The 39th edition of Cevisama, the leading trade event for the Spanish ceramic tile sector, took place at Feria Valencia in Spain from February 27 to March 3. Kbbreview was there to check out the latest trends and find out how the industry is faring…
You could argue that, against the backdrop of heavily inflated energy prices and the ongoing conflict in Ukraine – one of the world’s most significant providers of raw materials to the tile and ceramics industry – the return of Cevisama after three years was the most significant moment in its history.
Taking place in Valencia, Spain’s architectural hub, there were halls and halls full of the latest designs and innovations from the biggest brands in the tile and ceramics sector.
The stats from Cevisama 2023 highlight the importance of this fair to the global tile and ceramics industry with show organisers reporting a 3% increase in the number of engaged international visitors (25%).
The 39th edition of the event received a total of 74,115 visitors of which 18,532 were from abroad. While this figure was down by 19.5% on the last, pre-pandemic, edition of the fair, it wasn’t a bad turnout considering that there are still Covid restrictions in place in some countries, as well as economic uncertainty and a demand crisis of which industries in general are still feeling the effects.
Speaking about the impact of the return of Spain’s largest tile and ceramics fair Cevisama director Carmen Álvarez said: “We heard from many exhibitors about the positive atmosphere at this year’s show. “=And in this edition, the representation of foreign buyers has risen from 22 to 25% of the total.”
If the halls of this year’s Cevisama showed us anything it’s that, despite being severely impacted by the rising energy costs, the ceramic and tile industry has been busy behind the scenes working on a raft of new designs, finishes and styles. Here’s our pick of the key trends we spotted at the show which we think will have most impact on design in the kitchen and bathroom industry…
While Terrazzo finishes aren’t new, this year the ancient design has a modern edge. While the overall look still mimics the original process – chips of marble slabs imbedded into the core material of the tile – this year’s trend takes on a more playful, colourful finish. Arcana’s Croccante porcelain tile series (pictured) is available in five colours: Tutti frutti, Sésamo, Avellana, Nuez, Arándano and Menta. New 300mm x 300mm Croccante Mosaic tiles are also available.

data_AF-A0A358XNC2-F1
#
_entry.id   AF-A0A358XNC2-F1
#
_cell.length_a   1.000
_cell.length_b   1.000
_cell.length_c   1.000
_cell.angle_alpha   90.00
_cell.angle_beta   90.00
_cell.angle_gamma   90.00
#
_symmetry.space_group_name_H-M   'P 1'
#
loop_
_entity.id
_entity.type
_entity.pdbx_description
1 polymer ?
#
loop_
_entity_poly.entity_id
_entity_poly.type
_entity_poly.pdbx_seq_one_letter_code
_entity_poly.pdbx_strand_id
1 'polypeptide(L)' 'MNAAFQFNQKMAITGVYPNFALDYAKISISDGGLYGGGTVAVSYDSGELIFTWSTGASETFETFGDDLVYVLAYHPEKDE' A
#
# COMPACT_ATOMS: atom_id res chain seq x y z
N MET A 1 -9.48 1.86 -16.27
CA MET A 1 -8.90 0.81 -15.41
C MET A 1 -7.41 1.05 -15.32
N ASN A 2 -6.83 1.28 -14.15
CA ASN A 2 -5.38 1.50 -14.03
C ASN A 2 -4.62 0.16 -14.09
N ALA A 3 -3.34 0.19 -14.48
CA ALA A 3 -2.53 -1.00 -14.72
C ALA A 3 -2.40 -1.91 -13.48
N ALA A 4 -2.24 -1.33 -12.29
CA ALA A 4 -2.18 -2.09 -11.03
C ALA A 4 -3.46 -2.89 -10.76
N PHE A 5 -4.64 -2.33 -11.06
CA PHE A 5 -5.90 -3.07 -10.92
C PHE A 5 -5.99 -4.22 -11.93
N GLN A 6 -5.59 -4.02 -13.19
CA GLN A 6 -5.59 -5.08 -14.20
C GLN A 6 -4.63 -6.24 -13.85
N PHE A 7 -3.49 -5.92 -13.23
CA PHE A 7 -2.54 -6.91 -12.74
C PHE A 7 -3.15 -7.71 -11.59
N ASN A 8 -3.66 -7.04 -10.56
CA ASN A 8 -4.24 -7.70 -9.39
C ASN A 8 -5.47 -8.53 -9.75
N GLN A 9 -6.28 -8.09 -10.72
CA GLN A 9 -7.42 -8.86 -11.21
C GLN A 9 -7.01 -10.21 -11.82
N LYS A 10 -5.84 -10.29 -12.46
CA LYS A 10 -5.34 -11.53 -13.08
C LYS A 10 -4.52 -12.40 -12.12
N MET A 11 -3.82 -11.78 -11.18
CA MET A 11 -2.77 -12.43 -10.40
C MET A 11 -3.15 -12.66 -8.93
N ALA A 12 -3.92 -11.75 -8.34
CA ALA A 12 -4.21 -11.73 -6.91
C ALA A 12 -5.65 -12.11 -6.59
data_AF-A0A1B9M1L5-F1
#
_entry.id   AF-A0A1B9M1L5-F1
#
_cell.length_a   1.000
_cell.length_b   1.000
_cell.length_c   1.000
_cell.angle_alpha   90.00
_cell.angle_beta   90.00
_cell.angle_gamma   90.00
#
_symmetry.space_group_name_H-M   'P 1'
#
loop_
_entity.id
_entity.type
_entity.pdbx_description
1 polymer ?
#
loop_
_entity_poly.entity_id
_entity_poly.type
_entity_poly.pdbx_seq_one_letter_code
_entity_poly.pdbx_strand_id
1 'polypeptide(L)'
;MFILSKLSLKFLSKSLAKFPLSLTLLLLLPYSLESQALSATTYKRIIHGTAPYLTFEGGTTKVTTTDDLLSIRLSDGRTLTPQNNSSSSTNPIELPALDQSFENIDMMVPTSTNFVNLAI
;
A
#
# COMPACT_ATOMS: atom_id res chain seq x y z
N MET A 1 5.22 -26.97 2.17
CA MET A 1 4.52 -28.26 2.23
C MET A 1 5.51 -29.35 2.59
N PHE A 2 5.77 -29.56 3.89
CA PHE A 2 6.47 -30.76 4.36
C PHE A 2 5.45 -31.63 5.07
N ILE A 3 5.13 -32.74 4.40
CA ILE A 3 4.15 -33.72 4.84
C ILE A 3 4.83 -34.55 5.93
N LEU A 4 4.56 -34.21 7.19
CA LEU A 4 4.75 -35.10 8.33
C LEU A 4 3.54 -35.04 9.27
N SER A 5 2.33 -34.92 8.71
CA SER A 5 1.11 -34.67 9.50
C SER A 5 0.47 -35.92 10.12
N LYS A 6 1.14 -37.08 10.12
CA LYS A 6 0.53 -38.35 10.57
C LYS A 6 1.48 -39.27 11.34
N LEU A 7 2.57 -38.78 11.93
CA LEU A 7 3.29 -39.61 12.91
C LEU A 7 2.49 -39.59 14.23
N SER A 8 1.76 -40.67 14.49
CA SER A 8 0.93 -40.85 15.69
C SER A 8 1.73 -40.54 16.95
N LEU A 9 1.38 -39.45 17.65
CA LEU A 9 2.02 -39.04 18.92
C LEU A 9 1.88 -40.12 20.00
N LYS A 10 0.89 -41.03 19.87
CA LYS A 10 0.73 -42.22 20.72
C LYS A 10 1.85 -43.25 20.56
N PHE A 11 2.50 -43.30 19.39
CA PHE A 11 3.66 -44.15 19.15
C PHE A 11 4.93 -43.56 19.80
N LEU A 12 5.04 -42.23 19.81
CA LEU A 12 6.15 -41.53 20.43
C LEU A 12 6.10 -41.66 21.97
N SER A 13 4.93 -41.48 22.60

One of the standout styles was the stone-effect tile. This trend was brought to life through a number of different designs – many of which also highlighted the growing trend for large-format tiles as well as various finishes, including polished, natural and even ridges and reliefs, adding a bit more drama. Halcon’s Group’s Grand Canyon collection (pictured) is inspired by natural slate.
Perhaps influenced by the growing trend for industrial design, metallic finishes were prevalent this year. Aparici’s take on it comes in the form of Corten with a finish that gives that really rustic metal feel. Available in four colours, Oxidium, Sapphire, Iron and Graphite, these porcelain tiles come in a variety of formats including oversized, 1,000mm x 1,000mm slabs. Universe in Art Oxide, from Keraben’s Universe range (pictured), is another great example of this new take on metallics.
BLUES AND GREENS
Mimicking the growing trend for greens and blues in kitchen and bathroom design, you couldn’t turn a corner at this year’s Cevisama without being greeted by a take on these colour finishes. Decocer’s Dreams tile in a pastel shade (pictured) – its geometric shape said to be inspired by a feather – is just one example of the range of hues spotted.
Marble finishes have dominated the world of kitchen and bathroom surfaces for years and the trend only looks to be getting stronger with halls and halls full of designs – like Keraben’s new Calacutta Gold marble effect tiles – paying homage to this luxury stone. Another highlight was Ceracasa’s Jade which is inspired by a natural marble inlaid with precious stones called Ice Jade Green.
Baldocer’s Monmartre and Symphony tiles perfectly represent the prominence of bold, daring designs at this year’s show. In addition to floral prints, we saw a lot of tropical designs, all of which mirror the move for individualisation and personalisation in kitchen and bathroom design we’ve seen coming through, thanks to the influx of more adventurous wallpapers